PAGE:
“We, this people, on a small and lonely planet,” begins Maya Angelou’s "A Brave and Startling Truth," a poem that imagined its own escape from the Earth and ultimately flew on the Orion spacecraft.

There are times in history, defining moments in many of our lives, when we have taken that astronomical perspective, as Angelou did, to view the sight of humanity as a whole: vulnerable, brave, afraid, cruel, compassionate. From that astronomical perspective, humanity – in all its hyper-finely pixelated colors and languages and traditions and beliefs – resolves into a crisp portrait of one species on one Earth. These are the moments when we can see ourselves as we are. We see ourselves in Wuhan singing on balconies, the talented and tone-deaf together, in letters from Italy presaging our future, in the sirens of New York City, in the applause for healthcare workers on the otherwise silent streets of London, and in the apprehension of over a billion souls in lockdown in India. Angelou says, “Out of the chaos, of such contradiction / We learn that we are neither devils nor divines."

I write to you now, quarantined, as I anticipate you are. In this moment of crisis, a moment of profound isolation and simultaneously of profound unity of purpose, we reach out to each other beyond the walls of Pioneer Works where some of us first met. When I walked into the building of old brick and wood, the experience was visceral. A former Iron Works factory from the 1860s, Pioneer Works is now a gallery, a canvas, a shelter for artists and scientists, experimenters and the curious. We gathered and dreamed of the world we wanted to live in. We brought together thousands seated on the floor when the chairs were all occupied, others standing shoulder to shoulder between seats, sometimes in unheated rooms on cold days or rooms overheated by sunlight on hot days. Crushed together to celebrate in the garden and listen to string theorists and geneticists and writers, to sweat and dance and hear music, watch films, take in exhibitions that broke through our walls and windows. We took that physicality for granted and now, in this new reality, our lives are more restricted, smaller, even as our awareness of each other expands across the globe.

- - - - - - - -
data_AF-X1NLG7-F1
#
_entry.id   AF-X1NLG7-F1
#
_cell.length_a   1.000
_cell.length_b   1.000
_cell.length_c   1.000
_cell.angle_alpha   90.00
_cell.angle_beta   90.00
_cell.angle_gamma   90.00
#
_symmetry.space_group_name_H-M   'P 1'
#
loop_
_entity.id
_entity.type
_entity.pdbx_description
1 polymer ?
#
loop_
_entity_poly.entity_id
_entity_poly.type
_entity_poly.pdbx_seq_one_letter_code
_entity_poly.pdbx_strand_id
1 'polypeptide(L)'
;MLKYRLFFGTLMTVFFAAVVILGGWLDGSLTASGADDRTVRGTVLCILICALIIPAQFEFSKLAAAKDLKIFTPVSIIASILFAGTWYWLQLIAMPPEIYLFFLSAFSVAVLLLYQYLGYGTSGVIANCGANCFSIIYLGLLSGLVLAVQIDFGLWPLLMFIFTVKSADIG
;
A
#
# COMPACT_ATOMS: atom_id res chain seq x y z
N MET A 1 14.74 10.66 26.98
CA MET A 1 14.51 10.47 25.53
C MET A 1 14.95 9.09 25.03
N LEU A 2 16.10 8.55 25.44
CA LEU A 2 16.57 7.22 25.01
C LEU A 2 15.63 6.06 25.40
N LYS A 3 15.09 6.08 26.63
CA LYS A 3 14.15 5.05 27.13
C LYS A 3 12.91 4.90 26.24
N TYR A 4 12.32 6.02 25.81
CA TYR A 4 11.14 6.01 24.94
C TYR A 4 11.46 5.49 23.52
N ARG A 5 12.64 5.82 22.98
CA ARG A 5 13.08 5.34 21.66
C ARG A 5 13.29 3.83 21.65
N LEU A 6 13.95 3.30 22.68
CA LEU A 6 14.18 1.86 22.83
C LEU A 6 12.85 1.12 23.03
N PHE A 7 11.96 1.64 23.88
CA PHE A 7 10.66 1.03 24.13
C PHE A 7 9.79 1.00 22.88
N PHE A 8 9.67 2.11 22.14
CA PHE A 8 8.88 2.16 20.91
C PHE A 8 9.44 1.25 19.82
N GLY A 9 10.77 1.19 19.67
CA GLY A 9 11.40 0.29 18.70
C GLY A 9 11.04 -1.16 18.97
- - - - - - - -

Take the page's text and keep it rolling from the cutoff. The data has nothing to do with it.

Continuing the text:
Scientists are initiating an effort like no other in the history of the world, one that defies national boundaries and monetary ambition to fight a pandemic together. On the other side of this crisis, our wounds will not be solely physical. In this moment of loss and isolation, we’ll listen to music, and poetry, and turn to art, as well as to science to recover. We are the authors of rancor and beauty, neither devils nor divines. And we can take this reprieve from the illusions of life to offer each other a song, a thought, an image of hope or horror. Here is our moment to live up to Angelou’s observation that from our mouths “Come songs of such exquisite sweetness / That the heart falters in its labor / And the body is quieted into awe."

That is why we have done what we have done in the live events and exhibitions in the physical building at Pioneer Works: to build community, to transcend boundaries, to love differences, and marvel in similarities, to solve problems, to celebrate and mourn. And that is why we contribute The Broadcast, an extension of Pioneer Works’ physical campus; a digital manifestation of a real place and community, a cultural center, free and accessible to all.

You are seeing us rough around the edges, navigating a suddenly unfamiliar world, groping towards an uncertain future, and very much under construction. We will proceed one foot at a time, one idea at a time, and step by step the potpourri becomes a cornucopia. There will be some stumbles, some experimentation, maybe even the occasional crash. We are here to incubate ideas, experiment with structure and aesthetic, shirk off conventional dogmas, and reach a community drawn from around the world and locally from our beloved neighborhood, Red Hook, Brooklyn. The Broadcast is an offering we hope will feel both modest and grand, because we are all grown smaller and bigger at once.